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The anti-mandate movement: motorbike helmets and neoliberalism

A guest post from David Kenkel

What I am aiming to do in this piece is to connect some threads that I don’t see commonly linked and raise some questions about who benefits from the anti-mandate movement and the potential position of social work in managing our current situation.

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Ka whawhai tonu mātou! We continue to fight.

In this final RSW post for 2021 Neil Ballantyne and Ian Hyslop reflect on the conflicted and generative relationship between social injustice and social work. It has been a difficult year for many. Our old certainties have been challenged as the pandemic has spread suffering globally, particularly, as always, for the poor and dispossessed. The title of this post – “Ka whawhai tonu mātou” (struggle without end) is taken from the title of Ranginui Walker’s classic text. It was the cry that met British soldiers as they invaded Ōrākau Pā in Kihikihi, in 1864: “We will fight on forever”.

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A socially just child protection system?

We are often told that the confluence of poverty, inequality and entry into the child protection system is not something that child welfare services can address. Child protection focuses on the risk of harm to children and the circumstances of their families. Structural inequality, if it is acknowledged at all, is regarded as a problem of a different order. As social workers it is out of our hands and therefore it is invisible; class exploitation and racially configured oppression are one thing, and child protection is another: oh dear, how sad, never mind. I have trouble accepting this proposition.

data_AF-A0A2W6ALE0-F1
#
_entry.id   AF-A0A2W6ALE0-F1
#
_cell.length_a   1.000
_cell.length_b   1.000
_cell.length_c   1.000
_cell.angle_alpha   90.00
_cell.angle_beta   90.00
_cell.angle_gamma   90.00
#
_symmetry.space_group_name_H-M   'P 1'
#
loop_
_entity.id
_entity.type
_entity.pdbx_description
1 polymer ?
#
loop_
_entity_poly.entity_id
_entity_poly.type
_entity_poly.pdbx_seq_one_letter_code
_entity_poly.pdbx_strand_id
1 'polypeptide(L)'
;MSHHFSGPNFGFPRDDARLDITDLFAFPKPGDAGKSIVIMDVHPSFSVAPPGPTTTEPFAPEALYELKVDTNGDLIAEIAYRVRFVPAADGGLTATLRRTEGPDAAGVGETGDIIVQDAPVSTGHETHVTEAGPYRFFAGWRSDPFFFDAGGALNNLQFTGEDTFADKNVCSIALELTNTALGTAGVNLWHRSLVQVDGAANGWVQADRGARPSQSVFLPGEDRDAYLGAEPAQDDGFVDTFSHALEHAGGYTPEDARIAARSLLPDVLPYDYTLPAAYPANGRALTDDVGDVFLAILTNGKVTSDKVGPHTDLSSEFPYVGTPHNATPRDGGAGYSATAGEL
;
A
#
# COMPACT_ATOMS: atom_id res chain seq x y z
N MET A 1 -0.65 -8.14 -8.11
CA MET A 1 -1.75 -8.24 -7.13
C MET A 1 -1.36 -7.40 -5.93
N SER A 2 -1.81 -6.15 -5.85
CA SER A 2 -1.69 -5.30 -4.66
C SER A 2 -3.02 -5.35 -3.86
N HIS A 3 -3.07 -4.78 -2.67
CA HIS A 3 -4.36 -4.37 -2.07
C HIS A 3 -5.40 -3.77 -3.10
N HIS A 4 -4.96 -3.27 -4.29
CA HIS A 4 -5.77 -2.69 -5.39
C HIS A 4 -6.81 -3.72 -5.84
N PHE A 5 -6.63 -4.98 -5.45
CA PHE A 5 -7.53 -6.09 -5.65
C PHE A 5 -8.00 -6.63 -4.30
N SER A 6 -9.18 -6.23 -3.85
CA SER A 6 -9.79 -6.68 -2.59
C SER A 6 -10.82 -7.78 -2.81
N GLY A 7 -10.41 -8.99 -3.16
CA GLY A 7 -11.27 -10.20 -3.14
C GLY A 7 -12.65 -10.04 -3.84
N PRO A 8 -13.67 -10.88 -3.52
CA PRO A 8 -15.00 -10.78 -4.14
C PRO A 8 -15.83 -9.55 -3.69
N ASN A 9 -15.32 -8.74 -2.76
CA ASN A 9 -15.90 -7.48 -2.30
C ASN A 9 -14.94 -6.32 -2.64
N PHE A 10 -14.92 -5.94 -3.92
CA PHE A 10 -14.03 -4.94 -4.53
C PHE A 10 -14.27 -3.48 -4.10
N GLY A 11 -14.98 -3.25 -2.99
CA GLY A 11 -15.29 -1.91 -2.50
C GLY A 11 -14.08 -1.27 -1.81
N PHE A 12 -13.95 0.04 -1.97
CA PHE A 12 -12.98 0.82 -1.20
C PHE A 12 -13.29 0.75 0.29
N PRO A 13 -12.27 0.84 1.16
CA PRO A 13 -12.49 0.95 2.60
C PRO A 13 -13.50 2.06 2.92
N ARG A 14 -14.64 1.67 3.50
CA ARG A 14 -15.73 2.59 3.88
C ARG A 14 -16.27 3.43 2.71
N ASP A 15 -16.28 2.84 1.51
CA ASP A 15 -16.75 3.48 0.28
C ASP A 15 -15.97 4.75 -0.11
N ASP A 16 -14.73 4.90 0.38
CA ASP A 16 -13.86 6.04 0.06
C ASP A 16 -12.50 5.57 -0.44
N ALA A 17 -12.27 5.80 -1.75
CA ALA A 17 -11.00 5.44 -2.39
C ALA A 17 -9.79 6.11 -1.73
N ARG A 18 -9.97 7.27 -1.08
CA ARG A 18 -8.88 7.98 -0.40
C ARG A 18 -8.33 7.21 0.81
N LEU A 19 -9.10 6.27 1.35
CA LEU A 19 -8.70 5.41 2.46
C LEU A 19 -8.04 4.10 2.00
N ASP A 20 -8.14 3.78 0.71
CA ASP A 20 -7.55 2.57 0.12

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Holding fast to collectivist values in a health emergency.

Aotearoa New Zealand is currently grappling with an outbreak of the Delta variant of Covid-19. Since a recent returnee from Australia tested positive for Delta in mid-August 2021, we have been under public health emergency measures, with Tāmaki Makaurau, our largest city, in Level 3 and 4 lockdowns for 88 days (at 13 November). The Delta outbreak has resulted in 5371 cases so far. There are so many cases now that those of us in Tāmaki (and probably in Waikato and Tai Tokerau) have to assume that there are Covid-19 cases in our neighbourhoods. We scan the vaccination statistics every day to see if we are getting closer to that magic number of 90% of our eligible population double-vaccinated, at which point some restrictions can be lifted.

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Palestine, the IASSW and the academic boycott of Israel: A call to action.

Those of us involved in the movement for Palestinian rights are very used to the twists and turns of the Israeli state and its accomplices abroad. They act together to silence and smear the movement for the liberation of Palestine. The Israelis refer to this as hasbara or advocacy for Israel. In reality, hasbara consists of well-funded campaigns of misinformation that work to delegitimise and demonise any criticism of the seemingly endless military occupation of Palestinian land. Israel even has an army of social media trolls that can be mustered at a moments notice to intervene in any social media critique of the Israeli state. False allegations of antisemitism are usually enough to chill the debate.